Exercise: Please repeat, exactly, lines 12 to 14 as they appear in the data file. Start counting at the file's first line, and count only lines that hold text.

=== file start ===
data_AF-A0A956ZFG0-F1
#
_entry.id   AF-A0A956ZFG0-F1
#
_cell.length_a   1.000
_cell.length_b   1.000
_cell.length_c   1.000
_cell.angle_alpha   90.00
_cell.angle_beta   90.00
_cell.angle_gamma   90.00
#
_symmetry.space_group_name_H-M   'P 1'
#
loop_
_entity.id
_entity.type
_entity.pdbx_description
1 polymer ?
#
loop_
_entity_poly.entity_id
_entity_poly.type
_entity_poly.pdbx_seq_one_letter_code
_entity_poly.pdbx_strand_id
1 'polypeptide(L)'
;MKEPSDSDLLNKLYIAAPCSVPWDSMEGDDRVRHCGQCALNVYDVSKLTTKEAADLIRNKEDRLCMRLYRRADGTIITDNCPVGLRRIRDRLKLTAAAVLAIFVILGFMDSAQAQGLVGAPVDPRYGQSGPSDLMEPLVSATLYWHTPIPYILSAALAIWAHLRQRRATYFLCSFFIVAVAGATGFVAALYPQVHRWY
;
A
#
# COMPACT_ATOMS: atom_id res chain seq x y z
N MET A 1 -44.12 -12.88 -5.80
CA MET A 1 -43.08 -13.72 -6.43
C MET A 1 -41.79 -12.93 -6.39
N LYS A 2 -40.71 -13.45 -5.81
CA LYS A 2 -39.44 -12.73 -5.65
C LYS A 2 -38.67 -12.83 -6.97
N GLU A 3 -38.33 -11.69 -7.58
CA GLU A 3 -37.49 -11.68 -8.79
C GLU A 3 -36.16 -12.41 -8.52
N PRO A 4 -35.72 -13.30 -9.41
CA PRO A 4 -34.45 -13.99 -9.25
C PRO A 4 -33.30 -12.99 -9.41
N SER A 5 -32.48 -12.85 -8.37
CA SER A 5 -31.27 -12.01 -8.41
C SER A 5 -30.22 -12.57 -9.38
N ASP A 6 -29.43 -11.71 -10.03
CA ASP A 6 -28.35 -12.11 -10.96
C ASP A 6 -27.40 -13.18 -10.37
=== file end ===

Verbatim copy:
_symmetry.space_group_name_H-M   'P 1'
#
loop_